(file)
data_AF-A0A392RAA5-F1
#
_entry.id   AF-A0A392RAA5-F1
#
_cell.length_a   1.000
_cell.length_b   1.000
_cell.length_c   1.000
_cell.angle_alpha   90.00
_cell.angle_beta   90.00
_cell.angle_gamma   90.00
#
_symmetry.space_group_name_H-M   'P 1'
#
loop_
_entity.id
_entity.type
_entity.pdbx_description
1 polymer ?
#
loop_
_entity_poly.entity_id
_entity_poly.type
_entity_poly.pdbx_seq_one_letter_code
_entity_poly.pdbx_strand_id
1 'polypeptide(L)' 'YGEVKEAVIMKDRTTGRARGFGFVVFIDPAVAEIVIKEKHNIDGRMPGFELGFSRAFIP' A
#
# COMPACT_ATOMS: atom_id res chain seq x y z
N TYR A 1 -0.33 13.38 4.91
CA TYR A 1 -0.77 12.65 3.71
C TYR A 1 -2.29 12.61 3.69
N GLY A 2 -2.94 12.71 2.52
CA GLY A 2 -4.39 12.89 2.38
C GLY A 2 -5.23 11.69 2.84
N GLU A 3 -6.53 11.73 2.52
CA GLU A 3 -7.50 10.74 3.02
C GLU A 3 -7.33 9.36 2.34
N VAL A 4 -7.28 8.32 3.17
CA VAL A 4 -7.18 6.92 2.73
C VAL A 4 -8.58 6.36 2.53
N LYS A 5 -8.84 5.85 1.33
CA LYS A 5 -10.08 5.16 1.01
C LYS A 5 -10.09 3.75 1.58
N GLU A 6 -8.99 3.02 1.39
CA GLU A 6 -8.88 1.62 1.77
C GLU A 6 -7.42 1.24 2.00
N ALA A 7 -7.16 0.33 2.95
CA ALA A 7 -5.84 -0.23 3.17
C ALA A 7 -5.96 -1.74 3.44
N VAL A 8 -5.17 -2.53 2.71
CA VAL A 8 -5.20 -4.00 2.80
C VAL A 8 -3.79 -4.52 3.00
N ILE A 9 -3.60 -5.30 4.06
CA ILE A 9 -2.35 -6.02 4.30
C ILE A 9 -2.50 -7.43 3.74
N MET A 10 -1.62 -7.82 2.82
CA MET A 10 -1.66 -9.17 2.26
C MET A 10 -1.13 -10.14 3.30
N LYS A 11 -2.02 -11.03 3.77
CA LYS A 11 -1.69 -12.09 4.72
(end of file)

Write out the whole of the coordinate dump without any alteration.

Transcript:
data_AF-A0A392RAA5-F1
#
_entry.id   AF-A0A392RAA5-F1
#
_cell.length_a   1.000
_cell.length_b   1.000
_cell.length_c   1.000
_cell.angle_alpha   90.00
_cell.angle_beta   90.00
_cell.angle_gamma   90.00
#
_symmetry.space_group_name_H-M   'P 1'
#
loop_
_entity.id
_entity.type
_entity.pdbx_description
1 polymer ?
#
loop_
_entity_poly.entity_id
_entity_poly.type
_entity_poly.pdbx_seq_one_letter_code
_entity_poly.pdbx_strand_id
1 'polypeptide(L)' 'YGEVKEAVIMKDRTTGRARGFGFVVFIDPAVAEIVIKEKHNIDGRMPGFELGFSRAFIP' A
#
# COMPACT_ATOMS: atom_id res chain seq x y z
N TYR A 1 -0.33 13.38 4.91
CA TYR A 1 -0.77 12.65 3.71
C TYR A 1 -2.29 12.61 3.69
N GLY A 2 -2.94 12.71 2.52
CA GLY A 2 -4.39 12.89 2.38
C GLY A 2 -5.23 11.69 2.84
N GLU A 3 -6.53 11.73 2.52
CA GLU A 3 -7.50 10.74 3.02
C GLU A 3 -7.33 9.36 2.34
N VAL A 4 -7.28 8.32 3.17
CA VAL A 4 -7.18 6.92 2.73
C VAL A 4 -8.58 6.36 2.53
N LYS A 5 -8.84 5.85 1.33
CA LYS A 5 -10.08 5.16 1.01
C LYS A 5 -10.09 3.75 1.58
N GLU A 6 -8.99 3.02 1.39
CA GLU A 6 -8.88 1.62 1.77
C GLU A 6 -7.42 1.24 2.00
N ALA A 7 -7.16 0.33 2.95
CA ALA A 7 -5.84 -0.23 3.17
C ALA A 7 -5.96 -1.74 3.44
N VAL A 8 -5.17 -2.53 2.71
CA VAL A 8 -5.20 -4.00 2.80
C VAL A 8 -3.79 -4.52 3.00
N ILE A 9 -3.60 -5.30 4.06
CA ILE A 9 -2.35 -6.02 4.30
C ILE A 9 -2.50 -7.43 3.74
N MET A 10 -1.62 -7.82 2.82
CA MET A 10 -1.66 -9.17 2.26
C MET A 10 -1.13 -10.14 3.30
N LYS A 11 -2.02 -11.03 3.77
CA LYS A 11 -1.69 -12.09 4.72